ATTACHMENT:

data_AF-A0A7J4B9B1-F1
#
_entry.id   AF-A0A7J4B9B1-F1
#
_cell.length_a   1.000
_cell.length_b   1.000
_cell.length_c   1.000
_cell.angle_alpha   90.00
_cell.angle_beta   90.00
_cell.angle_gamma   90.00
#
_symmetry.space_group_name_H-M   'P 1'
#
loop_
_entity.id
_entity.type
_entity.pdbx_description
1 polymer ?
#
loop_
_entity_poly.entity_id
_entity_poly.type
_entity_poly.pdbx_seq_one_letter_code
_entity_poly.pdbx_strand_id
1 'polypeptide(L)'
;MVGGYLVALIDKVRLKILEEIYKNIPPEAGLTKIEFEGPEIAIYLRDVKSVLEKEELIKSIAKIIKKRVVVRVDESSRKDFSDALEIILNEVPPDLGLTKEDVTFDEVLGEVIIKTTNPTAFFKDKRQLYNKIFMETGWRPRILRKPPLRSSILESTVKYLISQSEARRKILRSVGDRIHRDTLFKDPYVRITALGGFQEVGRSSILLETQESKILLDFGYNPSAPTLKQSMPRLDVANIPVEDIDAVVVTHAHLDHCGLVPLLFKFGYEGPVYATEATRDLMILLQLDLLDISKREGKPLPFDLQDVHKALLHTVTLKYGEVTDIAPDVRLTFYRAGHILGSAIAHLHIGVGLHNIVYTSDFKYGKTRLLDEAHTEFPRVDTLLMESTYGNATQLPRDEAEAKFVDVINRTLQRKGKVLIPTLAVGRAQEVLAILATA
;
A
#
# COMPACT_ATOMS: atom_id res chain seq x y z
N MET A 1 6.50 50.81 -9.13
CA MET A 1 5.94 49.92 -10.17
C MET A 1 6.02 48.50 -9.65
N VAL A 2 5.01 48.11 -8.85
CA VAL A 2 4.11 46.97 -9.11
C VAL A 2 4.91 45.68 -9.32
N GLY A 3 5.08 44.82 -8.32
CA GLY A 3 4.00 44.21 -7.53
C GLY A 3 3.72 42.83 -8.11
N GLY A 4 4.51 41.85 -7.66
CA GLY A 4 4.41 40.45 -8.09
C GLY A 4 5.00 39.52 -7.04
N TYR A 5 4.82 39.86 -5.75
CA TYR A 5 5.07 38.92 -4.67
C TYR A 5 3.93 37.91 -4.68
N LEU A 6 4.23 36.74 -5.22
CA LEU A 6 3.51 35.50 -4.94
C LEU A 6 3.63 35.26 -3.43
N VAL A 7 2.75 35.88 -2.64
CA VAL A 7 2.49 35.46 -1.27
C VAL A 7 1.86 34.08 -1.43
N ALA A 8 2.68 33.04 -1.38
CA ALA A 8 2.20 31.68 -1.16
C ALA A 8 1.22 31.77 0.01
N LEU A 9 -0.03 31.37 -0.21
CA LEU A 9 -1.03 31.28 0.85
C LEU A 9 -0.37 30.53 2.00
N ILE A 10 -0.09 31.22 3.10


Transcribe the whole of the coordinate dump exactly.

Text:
data_AF-A0A7J4B9B1-F1
#
_entry.id   AF-A0A7J4B9B1-F1
#
_cell.length_a   1.000
_cell.length_b   1.000
_cell.length_c   1.000
_cell.angle_alpha   90.00
_cell.angle_beta   90.00
_cell.angle_gamma   90.00
#
_symmetry.space_group_name_H-M   'P 1'
#
loop_
_entity.id
_entity.type
_entity.pdbx_description
1 polymer ?
#
loop_
_entity_poly.entity_id
_entity_poly.type
_entity_poly.pdbx_seq_one_letter_code
_entity_poly.pdbx_strand_id
1 'polypeptide(L)'
;MVGGYLVALIDKVRLKILEEIYKNIPPEAGLTKIEFEGPEIAIYLRDVKSVLEKEELIKSIAKIIKKRVVVRVDESSRKDFSDALEIILNEVPPDLGLTKEDVTFDEVLGEVIIKTTNPTAFFKDKRQLYNKIFMETGWRPRILRKPPLRSSILESTVKYLISQSEARRKILRSVGDRIHRDTLFKDPYVRITALGGFQEVGRSSILLETQESKILLDFGYNPSAPTLKQSMPRLDVANIPVEDIDAVVVTHAHLDHCGLVPLLFKFGYEGPVYATEATRDLMILLQLDLLDISKREGKPLPFDLQDVHKALLHTVTLKYGEVTDIAPDVRLTFYRAGHILGSAIAHLHIGVGLHNIVYTSDFKYGKTRLLDEAHTEFPRVDTLLMESTYGNATQLPRDEAEAKFVDVINRTLQRKGKVLIPTLAVGRAQEVLAILATA
;
A
#
# COMPACT_ATOMS: atom_id res chain seq x y z
N MET A 1 6.50 50.81 -9.13
CA MET A 1 5.94 49.92 -10.17
C MET A 1 6.02 48.50 -9.65
N VAL A 2 5.01 48.11 -8.85
CA VAL A 2 4.11 46.97 -9.11
C VAL A 2 4.91 45.68 -9.32
N GLY A 3 5.08 44.82 -8.32
CA GLY A 3 4.00 44.21 -7.53
C GLY A 3 3.72 42.83 -8.11
N GLY A 4 4.51 41.85 -7.66
CA GLY A 4 4.41 40.45 -8.09
C GLY A 4 5.00 39.52 -7.04
N TYR A 5 4.82 39.86 -5.75
CA TYR A 5 5.07 38.92 -4.67
C TYR A 5 3.93 37.91 -4.68
N LEU A 6 4.23 36.74 -5.22
CA LEU A 6 3.51 35.50 -4.94
C LEU A 6 3.63 35.26 -3.43
N VAL A 7 2.75 35.88 -2.64
CA VAL A 7 2.49 35.46 -1.27
C VAL A 7 1.86 34.08 -1.43
N ALA A 8 2.68 33.04 -1.38
CA ALA A 8 2.20 31.68 -1.16
C ALA A 8 1.22 31.77 0.01
N LEU A 9 -0.03 31.37 -0.21
CA LEU A 9 -1.03 31.28 0.85
C LEU A 9 -0.37 30.53 2.00
N ILE A 10 -0.09 31.22 3.10